Urbanization Expansion of cities into rural regions because of population growth. In most cases, population growth is primarily due to the movement of rural based people to urban areas. This is especially true in Less Developed Countries
Urban Area Geographic area with a high density of people over a limited area. Homes and other types of buildings tend to be close together. Urban systems also tend to differentiate themselves spatially into particular types of human activities.
Less Developed Country (LDC) Country characterized by minimal industrialization, low technological development, low per capita income, and high population growth rates. Many of these countries are found in Asia, Africa, and Central and South America. Also see more developed country.
More Developed Country (MDC) A highly industrialized country characterized by significant technological development, high per capita income, and low population growth rates. Examples of such countries include the United States, Canada, Japan, and many countries in Europe. Also see le
Absolute Location is a latitude and longitude (a global location) or a street address (local location).
Relative Locations described by landmarks, time, direction or distance from one place to another and may associate a particular place with another.
Tropic of Cancer Latitude of 23.5° North. Northern limit of the Sun's declination.
Upside Down Map or Reversed Map This map has the Southern side where the North side should be. Used in critical thinking exercises.
Climate maps give general information about the climate and precipitation (rain and snow) of a region. Cartographers, or mapmakers, use colors to show different climate or precipitation zones.
Economic or resource maps feature the type of natural resources or economic activity that dominates an area. Cartographers use symbols to show the locations of natural resources or economic activities. For example, oranges on a map of Florida tell you that oranges are grown there.
Physical Map illustrate the physical features of an area, such as the mountains, rivers and lakes. The water is usually shown in blue. Colors are used to show relief—differences in land elevations. Green is typically used at lower elevations, and orange or brown indic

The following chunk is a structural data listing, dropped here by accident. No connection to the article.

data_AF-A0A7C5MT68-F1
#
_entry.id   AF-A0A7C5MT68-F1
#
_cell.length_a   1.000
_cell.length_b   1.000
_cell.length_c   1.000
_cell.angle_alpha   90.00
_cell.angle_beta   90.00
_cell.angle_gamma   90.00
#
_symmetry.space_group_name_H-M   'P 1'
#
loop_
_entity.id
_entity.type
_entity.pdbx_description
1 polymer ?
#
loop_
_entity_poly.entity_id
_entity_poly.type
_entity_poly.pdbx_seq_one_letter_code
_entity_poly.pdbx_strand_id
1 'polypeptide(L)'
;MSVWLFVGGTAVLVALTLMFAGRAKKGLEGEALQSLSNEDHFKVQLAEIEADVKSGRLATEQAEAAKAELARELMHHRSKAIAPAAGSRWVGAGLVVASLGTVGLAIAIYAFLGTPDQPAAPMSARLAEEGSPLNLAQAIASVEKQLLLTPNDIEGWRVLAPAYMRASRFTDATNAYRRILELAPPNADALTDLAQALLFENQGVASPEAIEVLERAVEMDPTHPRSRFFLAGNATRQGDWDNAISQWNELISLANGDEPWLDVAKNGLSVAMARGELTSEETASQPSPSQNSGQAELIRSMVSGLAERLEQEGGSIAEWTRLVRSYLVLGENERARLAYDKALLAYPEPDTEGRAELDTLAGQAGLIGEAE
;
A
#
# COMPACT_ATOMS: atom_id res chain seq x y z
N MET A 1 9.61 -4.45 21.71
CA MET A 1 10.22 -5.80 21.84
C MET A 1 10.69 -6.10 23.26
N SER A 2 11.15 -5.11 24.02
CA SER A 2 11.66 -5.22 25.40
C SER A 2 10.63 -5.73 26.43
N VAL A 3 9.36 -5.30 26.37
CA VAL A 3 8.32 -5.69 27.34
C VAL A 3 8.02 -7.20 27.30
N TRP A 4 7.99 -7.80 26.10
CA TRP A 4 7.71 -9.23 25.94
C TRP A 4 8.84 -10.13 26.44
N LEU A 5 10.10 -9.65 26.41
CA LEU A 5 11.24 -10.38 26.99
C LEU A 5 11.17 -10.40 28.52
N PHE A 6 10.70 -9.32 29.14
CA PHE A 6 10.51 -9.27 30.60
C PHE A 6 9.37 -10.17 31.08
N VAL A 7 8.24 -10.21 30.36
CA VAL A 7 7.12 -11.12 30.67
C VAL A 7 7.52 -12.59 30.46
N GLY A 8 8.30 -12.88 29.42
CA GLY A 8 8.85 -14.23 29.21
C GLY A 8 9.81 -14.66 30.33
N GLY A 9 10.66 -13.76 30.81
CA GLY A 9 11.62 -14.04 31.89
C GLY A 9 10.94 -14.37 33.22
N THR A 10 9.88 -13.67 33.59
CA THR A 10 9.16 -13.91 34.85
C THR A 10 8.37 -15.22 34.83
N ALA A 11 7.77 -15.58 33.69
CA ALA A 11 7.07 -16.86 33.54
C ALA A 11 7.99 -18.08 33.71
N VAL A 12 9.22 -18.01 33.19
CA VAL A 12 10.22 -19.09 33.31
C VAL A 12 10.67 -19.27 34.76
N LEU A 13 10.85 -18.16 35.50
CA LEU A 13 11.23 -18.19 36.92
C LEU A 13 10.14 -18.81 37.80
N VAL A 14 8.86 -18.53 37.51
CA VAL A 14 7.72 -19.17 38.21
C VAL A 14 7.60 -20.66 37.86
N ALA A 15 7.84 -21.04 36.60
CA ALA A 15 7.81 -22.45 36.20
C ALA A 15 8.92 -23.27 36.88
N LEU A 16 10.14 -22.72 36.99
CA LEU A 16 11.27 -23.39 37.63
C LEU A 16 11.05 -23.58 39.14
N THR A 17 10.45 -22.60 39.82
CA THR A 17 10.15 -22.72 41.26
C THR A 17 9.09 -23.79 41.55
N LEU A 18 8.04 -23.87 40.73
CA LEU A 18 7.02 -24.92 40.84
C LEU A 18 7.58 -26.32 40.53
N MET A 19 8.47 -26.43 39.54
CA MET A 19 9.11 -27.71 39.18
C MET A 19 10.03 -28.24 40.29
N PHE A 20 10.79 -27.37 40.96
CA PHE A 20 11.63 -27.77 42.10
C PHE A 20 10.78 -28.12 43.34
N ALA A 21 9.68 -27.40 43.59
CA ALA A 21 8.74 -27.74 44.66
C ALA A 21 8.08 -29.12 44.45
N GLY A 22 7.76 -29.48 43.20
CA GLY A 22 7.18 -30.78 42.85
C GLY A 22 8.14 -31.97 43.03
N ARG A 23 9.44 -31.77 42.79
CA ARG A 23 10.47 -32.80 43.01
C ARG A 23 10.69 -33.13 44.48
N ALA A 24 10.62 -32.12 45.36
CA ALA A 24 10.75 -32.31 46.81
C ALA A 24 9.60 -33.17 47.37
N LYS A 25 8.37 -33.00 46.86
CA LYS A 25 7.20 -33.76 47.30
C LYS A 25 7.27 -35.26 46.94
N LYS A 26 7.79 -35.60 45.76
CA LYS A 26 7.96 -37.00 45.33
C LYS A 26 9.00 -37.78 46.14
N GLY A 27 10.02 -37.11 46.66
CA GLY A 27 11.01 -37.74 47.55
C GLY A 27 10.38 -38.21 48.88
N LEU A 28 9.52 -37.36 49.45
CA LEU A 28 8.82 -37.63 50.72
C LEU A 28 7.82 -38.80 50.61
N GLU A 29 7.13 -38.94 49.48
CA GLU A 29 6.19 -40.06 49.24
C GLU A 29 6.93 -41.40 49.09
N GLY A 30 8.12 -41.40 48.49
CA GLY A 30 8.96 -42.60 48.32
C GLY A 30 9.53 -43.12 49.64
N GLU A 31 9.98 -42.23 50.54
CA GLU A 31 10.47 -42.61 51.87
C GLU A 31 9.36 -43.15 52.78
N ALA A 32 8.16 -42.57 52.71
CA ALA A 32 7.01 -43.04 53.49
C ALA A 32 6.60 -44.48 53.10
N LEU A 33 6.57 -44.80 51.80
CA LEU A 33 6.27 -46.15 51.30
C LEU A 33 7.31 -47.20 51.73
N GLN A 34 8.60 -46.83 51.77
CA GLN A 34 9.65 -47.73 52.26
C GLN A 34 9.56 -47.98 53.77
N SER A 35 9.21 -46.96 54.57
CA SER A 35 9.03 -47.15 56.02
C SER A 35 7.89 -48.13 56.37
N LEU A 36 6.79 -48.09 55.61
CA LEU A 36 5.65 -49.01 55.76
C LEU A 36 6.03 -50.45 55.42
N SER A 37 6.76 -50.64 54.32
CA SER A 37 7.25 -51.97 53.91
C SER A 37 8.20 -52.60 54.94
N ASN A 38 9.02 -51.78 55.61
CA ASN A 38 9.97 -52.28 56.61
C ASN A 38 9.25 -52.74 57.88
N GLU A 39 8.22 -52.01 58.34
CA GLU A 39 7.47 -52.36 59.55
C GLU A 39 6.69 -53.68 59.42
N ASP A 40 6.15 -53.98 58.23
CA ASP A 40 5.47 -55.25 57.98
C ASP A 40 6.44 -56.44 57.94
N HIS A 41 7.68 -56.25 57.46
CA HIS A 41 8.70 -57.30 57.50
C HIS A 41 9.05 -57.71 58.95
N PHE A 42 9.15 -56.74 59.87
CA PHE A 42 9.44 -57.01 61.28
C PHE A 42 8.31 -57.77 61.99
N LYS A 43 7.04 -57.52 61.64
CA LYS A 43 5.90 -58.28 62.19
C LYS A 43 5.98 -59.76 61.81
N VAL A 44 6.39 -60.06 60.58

Political maps do not show physical features. Instead, they indicate state and national boundaries and capital and major cities. A capital city is usually marked with a star within a circle.
Road maps show major—some minor highways—and roads, airports, railroad tracks, cities and other points of interest in an area. People use road maps to plan trips and for driving directions.
Topographic maps include contour lines to show the shape and elevation of an area. Lines that are close together indicate steep terrain, and lines that are far apart indicate flat terrain.
Canada 2nd largest country, much area to far north to be productive much life located 200 miles of the U.S. border, economic mainstay fishing wheat oil coal, rise of commerce and urbanism, Vancouver adds tourism and a port.
United States influenced by migration, historical geography, commerce, agricultural development, industrialization, and metropolitan growth.the Appalachian Highlands served both as a resource base, and as a barrier to westward migration and settlement. water provided a Agriculture, manufacturing, and natural resources have all played major roles in the shaping of the urban and rural landscapes, the distribution of wealth, the population distribution, and the culture of the people.
Latin America the languages, cultures, and religions of Spain and Portugal, introduced during the colonial era, have had a major influence.Urban poverty has escalated as people have migrated from the rural peripheries into cities.Latin America contains all of the count Most Latin American countries are considered emerging or developing nationsreflects active human migration from Europe, Africa, and, increasingly, Asia. tropical rainforests regions rural to urban migration Industry is growing latifundia (large agricultu
5 Themes of Geography Location, Place, Human-Environmental Interactions, Movement, Regions
Caribbean Seas In the Caribbean Sea, there is a wide variety of languages, cultural backgrounds, agricultural patterns, and economic activity. Tourism is the economic basis for nearly all the islands in this area, from Bermuda to Trinidad and Tobago, while agriculture p
Germany has the largest population of any of the European countries, but a very low growth rate. This demographic characteristic led to the encouragement of bringing guest workers (non-nationals) into the country two decades ago, and this has caused some ethnic t
France has many different geographic characteristics with a strong sense of regionalism within its boundaries. There is a keen tradition of family farming in France as well, and the cultural importance of this trait has led to continual French protests against t
The United Kingdom the collection of political units including England, Scotland, Wales, and Northern Ireland-was the center of the Industrial Revolution, in part because of its local coal, iron ore, labor, and shipping facilities. In addition, the experience and productivi
"Where, why and so what" These are questions to be asked when studying or applying geography to life.